We-View Wednesday and Tabletop Thursday – Faery’s Tale

Captain of our fairy band,
Helena is here at hand,
And the youth, mistook by me,
Pleading for a lover’s fee.
Shall we their fond pageant see?
Lord, what fools these mortals be
! – A Midsummer Night’s Dream, William Shakespeare

(Kind of appropriate to be writing about faeries on The Bard’s birthday, no?)


This past Saturday night I dusted off my copy of the Faery’s Tale Deluxe Role Playing Game from Firefly Games, with the intention of playing it mostly with my younger daughter.  Truth be told, she had been pestering me to play it ever since I picked it up several months back.  I had explained the game to her, and we had made characters, but we never actually got around to playing it.  So on Saturday, I told her that if she did all of her chores for the day, we would play that night.

I asked my barely teen-aged daughter if she would like to play, and she cocked an eyebrow at me (she has very talented eyebrows) and said “Isn’t that a little kids game?  I think I would be bored after playing D&D.”  I convinced her that it could be quite fun (and followed it up with a bribe that if she didn’t like it, I would empty the dishwasher for her the next day.)  She reluctantly agreed.

Since this was our first time playing and i hadn’t prepped much, I decided to use the free adventure that Firefly games had on their site, “The Tournament of the Fey”, since that had a nice progression to teach how the game is played, as well as pre-created characters.

So we sat down and started discussing which characters they wanted to play.  They both immediately dismissed the brownie (housework?  EWWWW!) and the pouka (because the picture of the pouka was a boy and ugly.  Soon the eldest, P,  went with the sprite warrior, but made him female and named him, um, I mean her Oggie.  My younger daughter, E, went with the pixie.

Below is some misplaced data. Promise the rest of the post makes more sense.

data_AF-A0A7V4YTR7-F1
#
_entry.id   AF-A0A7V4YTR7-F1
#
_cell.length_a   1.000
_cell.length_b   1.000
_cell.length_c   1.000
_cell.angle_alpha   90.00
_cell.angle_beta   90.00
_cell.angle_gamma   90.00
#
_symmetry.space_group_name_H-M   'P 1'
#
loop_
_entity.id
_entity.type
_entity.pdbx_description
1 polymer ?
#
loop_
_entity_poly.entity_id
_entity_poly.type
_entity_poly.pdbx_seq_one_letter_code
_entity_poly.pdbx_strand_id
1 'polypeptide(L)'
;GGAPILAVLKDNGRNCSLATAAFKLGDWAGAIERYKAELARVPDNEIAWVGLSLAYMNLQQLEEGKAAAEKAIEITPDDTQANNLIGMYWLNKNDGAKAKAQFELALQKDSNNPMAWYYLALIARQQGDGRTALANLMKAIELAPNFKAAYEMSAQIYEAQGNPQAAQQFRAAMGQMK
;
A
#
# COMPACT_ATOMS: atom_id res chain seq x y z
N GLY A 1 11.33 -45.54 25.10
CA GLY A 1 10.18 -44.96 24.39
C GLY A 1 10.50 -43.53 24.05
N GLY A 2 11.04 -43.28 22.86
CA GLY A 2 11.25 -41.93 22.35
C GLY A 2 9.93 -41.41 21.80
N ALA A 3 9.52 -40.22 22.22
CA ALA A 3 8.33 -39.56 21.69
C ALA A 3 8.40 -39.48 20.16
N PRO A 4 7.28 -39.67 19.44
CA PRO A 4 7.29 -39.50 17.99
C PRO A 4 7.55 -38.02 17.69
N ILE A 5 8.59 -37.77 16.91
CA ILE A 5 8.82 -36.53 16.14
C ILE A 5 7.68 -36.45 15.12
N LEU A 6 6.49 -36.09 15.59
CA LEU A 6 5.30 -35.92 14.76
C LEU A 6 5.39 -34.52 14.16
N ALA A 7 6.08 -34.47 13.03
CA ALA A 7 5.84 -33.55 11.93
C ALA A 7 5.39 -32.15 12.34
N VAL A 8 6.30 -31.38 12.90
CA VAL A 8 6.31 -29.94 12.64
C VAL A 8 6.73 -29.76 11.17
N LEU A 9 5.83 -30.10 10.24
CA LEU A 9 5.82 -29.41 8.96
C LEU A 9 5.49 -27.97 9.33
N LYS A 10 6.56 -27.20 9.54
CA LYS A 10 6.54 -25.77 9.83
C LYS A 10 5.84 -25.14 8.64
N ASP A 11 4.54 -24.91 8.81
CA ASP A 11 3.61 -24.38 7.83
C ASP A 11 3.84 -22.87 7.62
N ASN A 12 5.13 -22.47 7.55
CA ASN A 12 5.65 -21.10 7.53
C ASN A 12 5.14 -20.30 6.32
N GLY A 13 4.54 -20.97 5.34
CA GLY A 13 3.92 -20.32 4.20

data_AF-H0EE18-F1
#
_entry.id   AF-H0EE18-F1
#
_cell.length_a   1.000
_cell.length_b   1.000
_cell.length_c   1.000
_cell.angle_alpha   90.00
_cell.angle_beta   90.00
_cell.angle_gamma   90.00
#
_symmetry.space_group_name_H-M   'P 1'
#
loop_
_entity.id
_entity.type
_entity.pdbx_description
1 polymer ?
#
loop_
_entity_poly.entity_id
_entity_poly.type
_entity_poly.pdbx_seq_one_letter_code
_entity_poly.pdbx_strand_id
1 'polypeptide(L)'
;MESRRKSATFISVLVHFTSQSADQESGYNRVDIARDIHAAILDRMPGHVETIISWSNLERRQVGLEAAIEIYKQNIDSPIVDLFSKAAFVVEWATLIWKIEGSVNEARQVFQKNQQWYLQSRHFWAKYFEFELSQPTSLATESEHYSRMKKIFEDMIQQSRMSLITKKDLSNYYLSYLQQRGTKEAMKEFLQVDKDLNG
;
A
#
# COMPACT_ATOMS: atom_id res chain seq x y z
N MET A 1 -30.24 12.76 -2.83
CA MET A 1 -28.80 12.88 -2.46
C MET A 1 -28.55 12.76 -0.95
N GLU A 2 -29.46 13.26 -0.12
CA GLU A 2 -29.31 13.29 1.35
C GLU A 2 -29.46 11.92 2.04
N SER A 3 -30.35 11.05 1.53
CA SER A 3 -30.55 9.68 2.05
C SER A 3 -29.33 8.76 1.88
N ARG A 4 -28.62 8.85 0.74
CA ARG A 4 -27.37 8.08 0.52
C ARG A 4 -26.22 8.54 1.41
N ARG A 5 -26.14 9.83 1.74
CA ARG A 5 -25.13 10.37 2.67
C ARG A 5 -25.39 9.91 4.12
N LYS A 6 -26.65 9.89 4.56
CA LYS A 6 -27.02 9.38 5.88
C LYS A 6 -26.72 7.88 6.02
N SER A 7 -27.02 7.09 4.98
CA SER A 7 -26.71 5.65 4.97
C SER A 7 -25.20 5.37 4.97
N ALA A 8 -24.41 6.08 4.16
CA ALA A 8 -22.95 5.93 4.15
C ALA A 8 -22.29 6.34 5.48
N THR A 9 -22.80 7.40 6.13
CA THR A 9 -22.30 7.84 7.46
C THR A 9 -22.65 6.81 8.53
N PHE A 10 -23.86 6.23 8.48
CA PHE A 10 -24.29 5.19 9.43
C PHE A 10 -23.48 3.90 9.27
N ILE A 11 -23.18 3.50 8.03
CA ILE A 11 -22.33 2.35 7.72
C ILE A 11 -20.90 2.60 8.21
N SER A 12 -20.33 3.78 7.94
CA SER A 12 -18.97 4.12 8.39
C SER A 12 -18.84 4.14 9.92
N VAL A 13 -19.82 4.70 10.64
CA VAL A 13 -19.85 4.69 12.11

Now my son, O, wanted nothing to do with the game.  After all, it was about faeries.  Ew.  (My kids say “ew” a lot.)  But then I showed him the sheet for the pouka, Gimlock.  I pointed out that it was an ugly boy fairy, and that they played a lot of tricks on people, and most importantly, they can change into animals!  Well, that sold it!

We settle in to play, and I must say, we all had a great time.  I had to help my son out a bit, coaching him a bit with some things.  My younger daughter fell right into it, roleplaying with all her heart and imagination, adding tons of details and story background to her character, and carrying on all of her conversations in character.  The tournament scenario worked out well, giving each player a chance to let their character shine by using their abilities in various contests…O changing into a frog and winning the frog hopping contest, E winning a singing contest (and she actually sang an impromptu song about butterflies on the spot), and P winning a jousting contest (riding on the back of O’s pouka, changed into a dragonfly).

The climax of the adventure was quite thrilling, with a evil dark fairy, the Redcap Sir Grim, arriving at the tournament and claiming the hand of Princess Joy in marriage.  Of course, challenges were issued, and the sprite engaged the redcap in single combat, while the pouka and pixie used their skills and abilities to keep the goblins that Sir Grim brought with him from cheating.

Needless to say, our heroes won the day, and saved Princess Joy from having to marry the evil Redcap.  The kids had a ball, and are asking when we can play again…which in my book is the best sign that they had a good time.  As far as the game itself, it is a wonderful gateway game into structured role playing for kids.  An extremely simple flexible system using six sided dice and only a few stats to keep track of. 

If you are interested in trying out Faery’s Tale, download the introductory pack that has characters, an adventure, and basic rules for the game.  Grab your young ones (or some young at heart ones) and give it a try.  I give Faery’s Tale Deluxe 4 crits.


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